she caught her breath to say another word upon the interminable subject
of the freedom of speech and woman's rights!
But Aunt Nabby blowedO! didn't she blow to the various
tea and toast coteries, scandal and slang express womenand the
various knots of anxious crowds who stood about Bowdoin Square during
the Lind mania! Aunt Nabby had had a genuine tete-a-tete with
the Nightingaleand, ecod, an invitation to call again! But Jenny
Lind, and her cordon of sentinels, secretaries and suckers, were fly
for the old screech owl, when again and again she beset the clark
and the stairways of the Revere. Though Aunt Nabby hung on and growled
dreadfully, she finally caved in and kept away.
When Jenny Lind gave the proceeds of one concert to charitable
purposes, among the items set down in the list wasA poor woman
one hundred dollars!
Why, it's you, of course, said a quid-nunc, to Aunt Abby,
as she held the Evening Transcript in her hands, in the store of
Redding &Co., and observed the interesting item above alluded to.
Well, so I think, says Aunt Nabby. If I ain't a poor woman, and a
var-tuous woman, and a good and true woman (down came her brakes
on the book piles), I'd like to know wherewhere, on this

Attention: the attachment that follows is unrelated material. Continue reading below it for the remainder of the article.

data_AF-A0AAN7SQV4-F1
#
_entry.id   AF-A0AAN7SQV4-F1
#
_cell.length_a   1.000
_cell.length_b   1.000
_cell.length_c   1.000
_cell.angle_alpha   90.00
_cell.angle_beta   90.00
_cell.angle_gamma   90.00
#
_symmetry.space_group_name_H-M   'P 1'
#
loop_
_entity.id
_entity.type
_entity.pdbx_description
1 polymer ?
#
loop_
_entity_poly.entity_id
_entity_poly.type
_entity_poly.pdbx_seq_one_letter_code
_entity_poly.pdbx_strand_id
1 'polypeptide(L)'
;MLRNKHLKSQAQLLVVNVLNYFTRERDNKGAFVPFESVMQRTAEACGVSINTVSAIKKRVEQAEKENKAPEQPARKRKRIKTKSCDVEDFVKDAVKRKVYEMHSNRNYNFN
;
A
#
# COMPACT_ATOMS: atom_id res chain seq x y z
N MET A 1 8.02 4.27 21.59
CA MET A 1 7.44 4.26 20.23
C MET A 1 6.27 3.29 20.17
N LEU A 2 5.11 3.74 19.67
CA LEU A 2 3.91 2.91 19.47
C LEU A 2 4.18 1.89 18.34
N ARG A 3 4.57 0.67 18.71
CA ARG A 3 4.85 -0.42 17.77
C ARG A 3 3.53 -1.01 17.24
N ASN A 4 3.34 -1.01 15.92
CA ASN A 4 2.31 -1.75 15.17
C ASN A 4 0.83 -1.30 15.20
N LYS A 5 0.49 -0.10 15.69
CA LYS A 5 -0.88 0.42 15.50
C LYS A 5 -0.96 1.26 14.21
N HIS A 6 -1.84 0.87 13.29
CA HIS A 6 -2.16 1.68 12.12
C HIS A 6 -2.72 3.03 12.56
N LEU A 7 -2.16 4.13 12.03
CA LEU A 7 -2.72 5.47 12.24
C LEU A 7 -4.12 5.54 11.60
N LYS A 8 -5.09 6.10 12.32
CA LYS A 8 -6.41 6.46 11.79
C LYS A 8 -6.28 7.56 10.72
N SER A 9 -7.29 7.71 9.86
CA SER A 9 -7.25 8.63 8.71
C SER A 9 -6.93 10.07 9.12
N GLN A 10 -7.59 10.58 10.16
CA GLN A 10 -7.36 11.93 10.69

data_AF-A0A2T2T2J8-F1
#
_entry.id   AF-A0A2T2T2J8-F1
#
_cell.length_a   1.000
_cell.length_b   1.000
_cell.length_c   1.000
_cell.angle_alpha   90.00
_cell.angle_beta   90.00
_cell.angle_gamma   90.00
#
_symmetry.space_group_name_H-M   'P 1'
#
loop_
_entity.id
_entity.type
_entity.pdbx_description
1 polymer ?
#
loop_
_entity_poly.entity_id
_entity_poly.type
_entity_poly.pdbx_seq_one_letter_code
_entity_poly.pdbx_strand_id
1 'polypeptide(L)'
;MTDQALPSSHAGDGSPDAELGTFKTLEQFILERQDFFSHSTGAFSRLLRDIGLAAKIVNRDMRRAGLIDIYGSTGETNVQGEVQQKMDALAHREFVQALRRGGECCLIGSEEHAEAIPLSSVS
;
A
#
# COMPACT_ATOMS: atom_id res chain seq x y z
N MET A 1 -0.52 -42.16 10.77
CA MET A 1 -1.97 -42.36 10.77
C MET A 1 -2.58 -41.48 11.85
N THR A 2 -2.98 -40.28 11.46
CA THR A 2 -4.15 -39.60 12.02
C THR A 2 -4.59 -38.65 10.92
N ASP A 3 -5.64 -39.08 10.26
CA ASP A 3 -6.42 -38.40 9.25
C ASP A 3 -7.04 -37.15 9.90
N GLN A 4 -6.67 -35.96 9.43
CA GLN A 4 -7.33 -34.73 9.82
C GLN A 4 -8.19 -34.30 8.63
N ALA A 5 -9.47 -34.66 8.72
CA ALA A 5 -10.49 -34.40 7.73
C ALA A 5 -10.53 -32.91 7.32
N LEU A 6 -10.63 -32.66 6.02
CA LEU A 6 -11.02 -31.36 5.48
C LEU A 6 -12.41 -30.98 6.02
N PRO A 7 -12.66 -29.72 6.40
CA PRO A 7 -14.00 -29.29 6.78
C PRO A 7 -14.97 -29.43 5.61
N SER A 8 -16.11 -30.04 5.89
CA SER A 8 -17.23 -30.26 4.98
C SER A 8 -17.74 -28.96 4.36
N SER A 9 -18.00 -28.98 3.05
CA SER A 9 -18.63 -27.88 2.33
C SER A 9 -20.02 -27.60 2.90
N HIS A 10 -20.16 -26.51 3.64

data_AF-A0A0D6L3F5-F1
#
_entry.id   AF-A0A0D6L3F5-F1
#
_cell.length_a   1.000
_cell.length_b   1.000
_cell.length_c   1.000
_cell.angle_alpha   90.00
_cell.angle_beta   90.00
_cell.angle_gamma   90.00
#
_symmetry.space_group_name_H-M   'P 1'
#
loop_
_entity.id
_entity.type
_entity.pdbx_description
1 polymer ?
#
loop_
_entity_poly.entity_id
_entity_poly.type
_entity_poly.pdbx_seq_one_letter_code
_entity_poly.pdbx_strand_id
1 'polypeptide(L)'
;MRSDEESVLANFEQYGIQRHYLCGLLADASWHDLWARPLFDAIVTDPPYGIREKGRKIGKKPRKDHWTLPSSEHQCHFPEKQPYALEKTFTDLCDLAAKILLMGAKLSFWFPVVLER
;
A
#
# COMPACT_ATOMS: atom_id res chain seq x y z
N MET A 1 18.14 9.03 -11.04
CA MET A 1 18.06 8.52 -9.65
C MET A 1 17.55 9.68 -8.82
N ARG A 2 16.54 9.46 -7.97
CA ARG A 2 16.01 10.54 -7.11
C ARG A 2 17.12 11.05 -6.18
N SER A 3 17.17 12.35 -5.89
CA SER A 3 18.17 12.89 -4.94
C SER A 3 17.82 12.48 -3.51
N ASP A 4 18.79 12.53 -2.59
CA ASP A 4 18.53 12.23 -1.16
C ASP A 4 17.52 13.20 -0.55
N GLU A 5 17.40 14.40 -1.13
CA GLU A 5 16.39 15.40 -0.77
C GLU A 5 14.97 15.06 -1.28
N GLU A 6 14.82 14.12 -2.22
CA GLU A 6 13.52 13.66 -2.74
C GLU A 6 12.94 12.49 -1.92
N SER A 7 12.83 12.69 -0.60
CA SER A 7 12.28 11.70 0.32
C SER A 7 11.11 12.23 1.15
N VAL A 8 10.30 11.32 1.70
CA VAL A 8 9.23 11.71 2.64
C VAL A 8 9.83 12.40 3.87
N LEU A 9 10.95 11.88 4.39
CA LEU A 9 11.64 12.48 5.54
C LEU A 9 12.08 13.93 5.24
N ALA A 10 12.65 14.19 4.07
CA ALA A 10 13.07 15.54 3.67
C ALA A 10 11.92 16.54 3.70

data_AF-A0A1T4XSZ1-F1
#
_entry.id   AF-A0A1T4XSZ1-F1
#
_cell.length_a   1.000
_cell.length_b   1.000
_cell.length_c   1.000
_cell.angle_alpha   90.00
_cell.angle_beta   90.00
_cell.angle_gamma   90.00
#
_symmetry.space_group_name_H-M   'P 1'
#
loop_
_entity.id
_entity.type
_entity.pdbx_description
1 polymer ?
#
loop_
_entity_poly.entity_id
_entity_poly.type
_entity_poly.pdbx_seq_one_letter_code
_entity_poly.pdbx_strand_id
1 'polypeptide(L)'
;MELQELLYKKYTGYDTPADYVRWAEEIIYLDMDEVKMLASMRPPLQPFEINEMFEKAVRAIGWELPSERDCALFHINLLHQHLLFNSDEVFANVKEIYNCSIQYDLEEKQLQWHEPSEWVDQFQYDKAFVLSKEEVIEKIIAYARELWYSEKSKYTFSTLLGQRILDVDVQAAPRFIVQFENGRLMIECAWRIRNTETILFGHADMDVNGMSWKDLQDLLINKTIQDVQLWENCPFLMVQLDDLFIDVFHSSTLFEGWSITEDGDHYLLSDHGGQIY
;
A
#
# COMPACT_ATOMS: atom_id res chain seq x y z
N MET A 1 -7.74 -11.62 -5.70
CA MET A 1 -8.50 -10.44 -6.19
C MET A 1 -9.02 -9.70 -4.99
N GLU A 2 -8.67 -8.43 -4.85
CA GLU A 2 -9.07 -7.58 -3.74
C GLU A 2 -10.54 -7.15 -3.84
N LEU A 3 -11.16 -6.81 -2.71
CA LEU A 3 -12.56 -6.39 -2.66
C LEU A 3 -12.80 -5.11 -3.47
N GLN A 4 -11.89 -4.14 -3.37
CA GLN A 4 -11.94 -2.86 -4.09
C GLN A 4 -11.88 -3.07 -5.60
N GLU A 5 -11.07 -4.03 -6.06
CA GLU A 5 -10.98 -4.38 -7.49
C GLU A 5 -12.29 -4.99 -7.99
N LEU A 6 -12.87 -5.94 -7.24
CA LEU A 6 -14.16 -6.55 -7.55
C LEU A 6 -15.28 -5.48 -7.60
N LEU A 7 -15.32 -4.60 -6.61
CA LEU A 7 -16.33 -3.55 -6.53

univarsal yearth (down with the brakes), you'd find one! One
hundred dollars to a poor woman, she continued, reading the item. I
must be the personyes, Abigail, thou art the man! she
concluded in her favorite apothegm.
The quid gave Abby the residence of the Agent (!) who was to
disburse the Lind charities, and away went Abby to the Agent, who
happened to be an amateur joker; knowing Aunt Abby, and smelling a
sell, he told the old 'un that Mr. Somerby, of No. Cornhill, the
joker of the Post, was the Agent, and would shell out next morning, at
nine o'clock. At that hour, S. had Aunt Nabby in his sanctum. He knew
the ropes, so assured Abby that there was a mistake; Charles Davenport,
of Cornhill, rear of Joy's building, was the man. Charles D. informed
Aunt Nabby, that he had declined to disburse for Miss Lind, but that
Bro. Norris, of the Yankee Blade, had the pile, and was serving it out
to an excited mob. Norris declared that she was in error. She was not,
by a jug full, the only, poor woman in town, and didn't begin to be
the poor woman set forth in Miss Lind's schedule! But Aunt Nabby
wasn't to be done! She besieged Miss Lindfollowed her to the
carsmounted the platformJenny espied her, and to avoid a harangue
on the freedom of speech and woman's rights, hid her head in her cloak.
The last exclamation the Nightingale heard from the screech owl, was
Miss Jane Lindwho was that poor wom-a-n?